Finally, a note about harvesting for tea or medicinal use. When gathering herbs for fresh use, pick early in the morning, when still kissed by dew. But when gathering herbs for drying, wait until the sun has dried the dew, to prevent mildew. Gather small bunches of the healthiest plants and tie at the ends with string with a tail. Then hang in a protected environment. For me, it is from the shutters of my interior kitchen window over my sink. No sunlight at this window but plenty of fresh air as an overhead fan circulates during warmer months. This is ideal. Otherwise, special drying racks work well. The idea is to dry quickly, without sunlight, but plenty of air circulation to keep mildew from forming. Turn if necessary to make sure the bunch dries completely. Once dry, crumple the leaves from the stems and store in airtight canisters.

CherryGal.com is offering this wonderful and special herb in two organically-grown forms, both in LIMITED SUPPLY — as Seed and as lifted Seedlings in Spring. Don’t wait until they are all gone! Get your seeds now, or reserve your seedlings for shipment at the appropriate time for your growing zone.

My established bed of Monarda Didyma

 

Bone Broth for Health

Want to reset your GI system or grow hair or treat joint degeneration or arthritis or fight wrinkles? Make natural bone broth! It is really so simple, especially with a crock pot. I have always been concerned about commercially produced beef broth, since the marrow, like the liver, accumulates toxins in the cow’s body. If a cow has been raised in unhealthy conditions, their marrow will not be healthy. That is why I was excited about our local https://www.fiveoaksbeef.com/ which raises healthy grass-fed cows and sells all natural marrow bones.

Bone broth is so easy, especially with a crock pot, and is a wonderfully aromatic choice to have cooking on a cold winter day. Start with healthy marrow bones, which you bake for a half hour at 350. Then put in your crock pot with onion, celery, carrot, garlic, bay leaf and parsley, and fresh filtered water and you are in business! (Doug & Linda Knudson of Five Oaks say that some add a little apple cider vinegar to the water to help draw out the minerals in the bone.)

And finally, though I never give other types of bones to my dogs, once your broth is done, the remainder marrow bones are excellent, non-splintering treats for your pooches.

The health benefits of bone broth are truly remarkable. Here is an excellent well-researched article by Mercola on the subject of bone broth with interesting history! Enjoy! https://articles.mercola.com/…/23/nourishing-bone-broth.aspx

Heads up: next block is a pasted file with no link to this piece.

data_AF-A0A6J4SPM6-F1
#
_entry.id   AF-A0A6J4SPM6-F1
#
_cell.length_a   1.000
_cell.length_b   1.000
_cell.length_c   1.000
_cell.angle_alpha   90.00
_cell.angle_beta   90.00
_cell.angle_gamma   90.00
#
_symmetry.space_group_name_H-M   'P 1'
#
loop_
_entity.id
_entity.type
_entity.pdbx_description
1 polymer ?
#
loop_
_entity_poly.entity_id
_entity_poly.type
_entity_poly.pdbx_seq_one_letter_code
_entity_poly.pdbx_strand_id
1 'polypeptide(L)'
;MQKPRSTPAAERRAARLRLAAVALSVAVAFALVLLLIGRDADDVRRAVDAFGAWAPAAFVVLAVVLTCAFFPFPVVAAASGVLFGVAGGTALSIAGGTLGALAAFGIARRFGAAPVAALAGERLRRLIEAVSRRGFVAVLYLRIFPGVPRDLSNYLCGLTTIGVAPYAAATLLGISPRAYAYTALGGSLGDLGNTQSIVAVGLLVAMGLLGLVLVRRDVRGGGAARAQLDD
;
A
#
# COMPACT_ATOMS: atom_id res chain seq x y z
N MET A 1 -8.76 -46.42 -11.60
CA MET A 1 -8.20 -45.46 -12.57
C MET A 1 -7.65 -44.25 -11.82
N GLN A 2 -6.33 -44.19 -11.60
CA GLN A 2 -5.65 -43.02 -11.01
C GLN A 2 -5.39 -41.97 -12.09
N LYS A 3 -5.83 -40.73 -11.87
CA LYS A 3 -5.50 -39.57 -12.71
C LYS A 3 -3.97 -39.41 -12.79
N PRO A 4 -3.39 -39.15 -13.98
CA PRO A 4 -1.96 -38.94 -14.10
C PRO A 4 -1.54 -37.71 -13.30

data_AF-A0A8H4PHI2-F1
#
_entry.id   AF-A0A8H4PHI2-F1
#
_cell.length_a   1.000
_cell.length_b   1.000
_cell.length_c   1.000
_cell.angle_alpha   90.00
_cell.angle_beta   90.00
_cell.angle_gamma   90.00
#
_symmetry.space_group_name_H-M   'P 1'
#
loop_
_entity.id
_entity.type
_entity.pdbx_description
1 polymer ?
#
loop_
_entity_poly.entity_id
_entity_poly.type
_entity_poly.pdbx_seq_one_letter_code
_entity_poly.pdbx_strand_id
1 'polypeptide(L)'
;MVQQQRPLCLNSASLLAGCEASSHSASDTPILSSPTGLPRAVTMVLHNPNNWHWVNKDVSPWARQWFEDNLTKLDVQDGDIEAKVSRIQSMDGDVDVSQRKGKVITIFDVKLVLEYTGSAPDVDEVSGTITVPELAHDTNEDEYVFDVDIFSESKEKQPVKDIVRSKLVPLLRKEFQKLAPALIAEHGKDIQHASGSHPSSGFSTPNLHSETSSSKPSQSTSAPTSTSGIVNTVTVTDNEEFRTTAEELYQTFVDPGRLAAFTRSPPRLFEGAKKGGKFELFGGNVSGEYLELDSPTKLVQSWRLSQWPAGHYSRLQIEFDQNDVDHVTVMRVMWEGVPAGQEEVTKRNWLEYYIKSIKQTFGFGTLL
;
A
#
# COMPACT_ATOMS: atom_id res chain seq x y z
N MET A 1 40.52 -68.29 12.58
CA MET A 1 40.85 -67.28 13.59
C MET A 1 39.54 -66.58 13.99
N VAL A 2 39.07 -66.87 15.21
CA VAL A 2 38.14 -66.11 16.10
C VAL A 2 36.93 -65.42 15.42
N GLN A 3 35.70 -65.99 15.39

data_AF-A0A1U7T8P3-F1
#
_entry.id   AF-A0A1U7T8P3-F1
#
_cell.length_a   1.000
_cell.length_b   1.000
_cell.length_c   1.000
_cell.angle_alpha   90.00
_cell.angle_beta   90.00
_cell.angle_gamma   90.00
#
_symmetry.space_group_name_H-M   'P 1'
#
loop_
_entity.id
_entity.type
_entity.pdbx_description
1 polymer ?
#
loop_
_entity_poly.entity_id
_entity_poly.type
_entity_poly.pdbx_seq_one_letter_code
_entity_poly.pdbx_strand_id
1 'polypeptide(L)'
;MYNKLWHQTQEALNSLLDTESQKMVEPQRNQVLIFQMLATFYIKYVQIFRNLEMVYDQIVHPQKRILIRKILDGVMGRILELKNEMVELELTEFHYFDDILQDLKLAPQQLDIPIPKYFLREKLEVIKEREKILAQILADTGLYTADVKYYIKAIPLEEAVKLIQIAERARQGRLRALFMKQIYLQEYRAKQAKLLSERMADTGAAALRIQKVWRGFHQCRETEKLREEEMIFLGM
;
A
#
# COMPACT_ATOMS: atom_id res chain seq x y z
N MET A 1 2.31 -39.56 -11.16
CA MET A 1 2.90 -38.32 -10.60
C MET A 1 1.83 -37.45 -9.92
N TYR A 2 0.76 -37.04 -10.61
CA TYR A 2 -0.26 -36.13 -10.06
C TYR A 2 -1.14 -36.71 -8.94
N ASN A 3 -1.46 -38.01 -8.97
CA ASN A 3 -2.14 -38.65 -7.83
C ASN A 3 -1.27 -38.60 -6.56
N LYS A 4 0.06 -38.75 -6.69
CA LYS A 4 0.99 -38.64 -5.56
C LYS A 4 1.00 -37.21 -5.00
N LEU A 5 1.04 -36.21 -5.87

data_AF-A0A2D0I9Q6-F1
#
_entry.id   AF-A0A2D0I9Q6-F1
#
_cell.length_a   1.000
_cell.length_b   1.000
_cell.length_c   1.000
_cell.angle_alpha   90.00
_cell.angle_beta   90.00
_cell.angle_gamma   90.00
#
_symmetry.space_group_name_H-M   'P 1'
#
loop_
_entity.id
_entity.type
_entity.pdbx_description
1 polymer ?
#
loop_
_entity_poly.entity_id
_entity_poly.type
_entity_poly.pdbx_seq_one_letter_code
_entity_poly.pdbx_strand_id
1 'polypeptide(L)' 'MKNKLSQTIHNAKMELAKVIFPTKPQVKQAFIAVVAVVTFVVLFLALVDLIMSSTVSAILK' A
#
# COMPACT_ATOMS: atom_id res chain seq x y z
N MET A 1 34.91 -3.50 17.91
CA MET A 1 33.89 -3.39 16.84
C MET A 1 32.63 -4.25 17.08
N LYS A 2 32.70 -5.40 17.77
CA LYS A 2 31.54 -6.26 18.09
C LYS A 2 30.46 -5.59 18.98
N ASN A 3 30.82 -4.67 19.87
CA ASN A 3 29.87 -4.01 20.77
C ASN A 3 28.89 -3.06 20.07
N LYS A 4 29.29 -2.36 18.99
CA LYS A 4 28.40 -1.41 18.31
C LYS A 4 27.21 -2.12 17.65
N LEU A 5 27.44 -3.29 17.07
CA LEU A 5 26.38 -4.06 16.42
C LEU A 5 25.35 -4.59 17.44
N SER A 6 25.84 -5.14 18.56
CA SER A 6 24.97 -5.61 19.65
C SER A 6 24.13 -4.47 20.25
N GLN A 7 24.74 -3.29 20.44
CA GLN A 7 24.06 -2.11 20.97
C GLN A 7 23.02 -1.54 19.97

New CherryGal.com is here!

My web guy has been telling me for months I had to do this, and being the frugal (i.e., poor) businesswoman that I am, I resisted. And resisted. AND resisted. But finally Google pushed the urgency because they changed their security viewpoint and I was forced to do this “update.” It’s more than an update. Its a totally NEW website, with all sorts of bells and whistles which I am just beginning to learn. But for the moment, it works quite well at processing orders and I am even able to offer a discount if you hurry and purchase $50 or more in CherryGal.com items, you will get $10 off. Just use coupon code at checkout NEWWEB. What could be simpler. Hope you do … this update cost me a LOT! 🙂

The “new” CherryGal.com is here!

For my Gourmet Artisan Gin Drinking Customers …

For anyone who does not imbibe, or for those who are struggling, please know that I do not want to encourage anyone to drink alcohol. But for those of my customers or followers who occasionally like a nice gin & tonic in the summertime (and you can put me in that column), this is for you.
Did you know that gin is just infused vodka? High end gins (and there are many) infuse their own special botanicals, spices and fruits before performing a final distillation. But the final distillation is only to remove the color and particulates. Before that is done it is “compound gin” as long as the primary infused ingredient is juniper berry. So you pay an exceptional price for this artistry or artisan flair.